I really like nature. Honestly, flora and fauna are beautiful and fascinating. And anyone who knows me will vouch for the fact that I love fresh flowers and plants in my home; flora and I are on sterling terms. It’s the fauna with whom I had a problem recently.
You see, I have a wonderful little porch adjoining my brick cape and it is my haven. The minute the weather turns warm enough to sit there (and sometimes when it’s even a little brisk), I hightail it to that sunny locale for yoga practice, meals, reading, and simply taking in the beauty that surrounds me on three sides of my wooded lot. Last Thursday was a balmy May day; I heard some unfamiliar noises on the porch and upon investigating, found a squirrel who was becoming way too cozy with the full length screened in window directly behind my loveseat. I shooed him away, which took some doing, since the squirrels in my yard are basically tame and pretty fearless. It gave me the creeps, frankly, to have him in such close proximity, but I didn’t think much more about it. He, on the other hand, evidently devoted a fair amount of small-brain thought and perseverance to his task.
I was in the living room the next day and again heard sounds coming from that corner of the porch. Lo and behold, that clever rodent had managed to gnaw a big enough (but just barely) hole in the screen to get through and, like the line from a bad horror movie, he was IN THE HOUSE. I cannot tell you who was more terrified or panic stricken as our eyes met; I’m calling it a draw. I did have the presence of mind to quickly close the door between the porch and living room and keep an eye on him through the living room window. And yes, he eventually returned to his natural habitat, the aforementioned nature. But it was not pretty.
Because I am altruistic and don’t want you to make the same mistakes as me, should you ever find yourself in a human vs. squirrel conundrum, I’ve drawn up a helpful list. I hope these tips will allow you to avoid some of my mistakes. No need to thank me; just drop by with a bouquet of fresh flowers if you’re ever in the neighborhood.
The Top Five Things to Avoid When an Uninvited Squirrel Enters Your Home
- Do not fall for the Disney mythology that all woodland creatures are visiting your home in order to help you with domestic tasks (see “Cinderella,” “Snow White,” et al). Not one sheet was folded nor table dusted during the ten minutes or so that the squirrel was here.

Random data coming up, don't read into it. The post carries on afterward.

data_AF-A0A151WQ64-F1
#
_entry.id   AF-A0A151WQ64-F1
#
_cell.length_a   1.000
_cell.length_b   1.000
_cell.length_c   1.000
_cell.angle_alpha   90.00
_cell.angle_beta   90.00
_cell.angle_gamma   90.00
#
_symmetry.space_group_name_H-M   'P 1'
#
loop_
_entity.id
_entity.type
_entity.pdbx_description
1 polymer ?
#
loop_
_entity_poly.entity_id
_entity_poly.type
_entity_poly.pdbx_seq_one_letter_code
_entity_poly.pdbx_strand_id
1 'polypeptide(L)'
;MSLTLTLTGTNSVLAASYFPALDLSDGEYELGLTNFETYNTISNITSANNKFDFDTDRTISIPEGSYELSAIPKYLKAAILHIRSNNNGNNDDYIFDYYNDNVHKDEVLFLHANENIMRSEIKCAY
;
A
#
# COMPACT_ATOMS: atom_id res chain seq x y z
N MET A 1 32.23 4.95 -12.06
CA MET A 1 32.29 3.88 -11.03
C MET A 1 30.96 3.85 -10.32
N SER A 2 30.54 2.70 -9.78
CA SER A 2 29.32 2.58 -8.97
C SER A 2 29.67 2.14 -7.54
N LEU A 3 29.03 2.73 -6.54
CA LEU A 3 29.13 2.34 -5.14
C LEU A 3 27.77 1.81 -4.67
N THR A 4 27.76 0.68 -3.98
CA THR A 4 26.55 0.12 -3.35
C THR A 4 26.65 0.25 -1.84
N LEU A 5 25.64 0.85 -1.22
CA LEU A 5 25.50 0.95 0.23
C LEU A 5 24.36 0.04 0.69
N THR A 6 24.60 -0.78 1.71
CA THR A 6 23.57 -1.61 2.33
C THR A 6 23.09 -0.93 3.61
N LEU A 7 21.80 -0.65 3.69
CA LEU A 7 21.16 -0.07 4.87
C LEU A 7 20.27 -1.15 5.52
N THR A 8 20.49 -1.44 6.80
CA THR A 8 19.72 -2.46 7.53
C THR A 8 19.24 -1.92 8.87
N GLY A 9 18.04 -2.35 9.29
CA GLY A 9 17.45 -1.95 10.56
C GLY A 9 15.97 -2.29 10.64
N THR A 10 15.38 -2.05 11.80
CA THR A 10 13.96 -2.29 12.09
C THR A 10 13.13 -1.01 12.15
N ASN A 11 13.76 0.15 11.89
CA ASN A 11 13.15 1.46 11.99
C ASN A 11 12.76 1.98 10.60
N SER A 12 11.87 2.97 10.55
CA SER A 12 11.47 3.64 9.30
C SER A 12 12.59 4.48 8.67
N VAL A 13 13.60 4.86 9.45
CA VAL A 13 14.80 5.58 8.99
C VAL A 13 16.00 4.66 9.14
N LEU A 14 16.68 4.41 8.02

- Squirrels to do not understand English. They are also weak on picking up frantic hand signals. At some point during the melee last week, I finally thought to run outside and try to communicate with him through another screen. I had thrown open the large glass porch door once I saw he was inside, and figured he would leave that way (see #3, below). So I’m screaming through another porch window, “The door! The door! Run outside through the door!” And just to make sure the neighbors had a great floor show that afternoon, I was also wildly gesticulating towards said door. Nope. Nada. Nothing.
- Squirrels are not familiar with the wise advice attributed to Einstein: “The definition of insanity is doing the same thing over and over again, but expecting different results.” And so my visitor…who was, in fairness, truly frightened and confused at this point…simply kept flinging himself at the screens and/or glass doors he encountered (there are a total of four on the porch). My incredibly helpful high pitched suggestions were not getting through to him. As I said, there was that whole language barrier.
- Do not assume squirrels have powers of either logic or reason, especially when they’re in an unfamiliar environment. As much as he originally longed to be in my house, the squirrel didn’t have the wherewithal to figure out that he could have left at any time the same way he came in, since he didn’t seem to consider the open door an option. And I’ve got to be honest….the idea of his returning the way he had entered didn’t occur to me either till several hours later.
- Should you have a know-it-all grown son who asks a bit disdainfully, “Well, why didn’t you just call Animal Control, Mom?!!” resist the impulse to either roll your eyes at him or to remind him that you labored for the better part of an entire day to bring him…and his wiseacre suggestions…into the world.
Should these helpful hints not be enough to convince you that a squirrel is not a sociable animal and most assuredly does not belong in your house, perhaps the words of that sage naturalist Sarah Jessica Parker will. As she said, in what I consider to be the height of understatement: “You can’t be friends with a squirrel. A squirrel is just a rat with a cuter outfit.”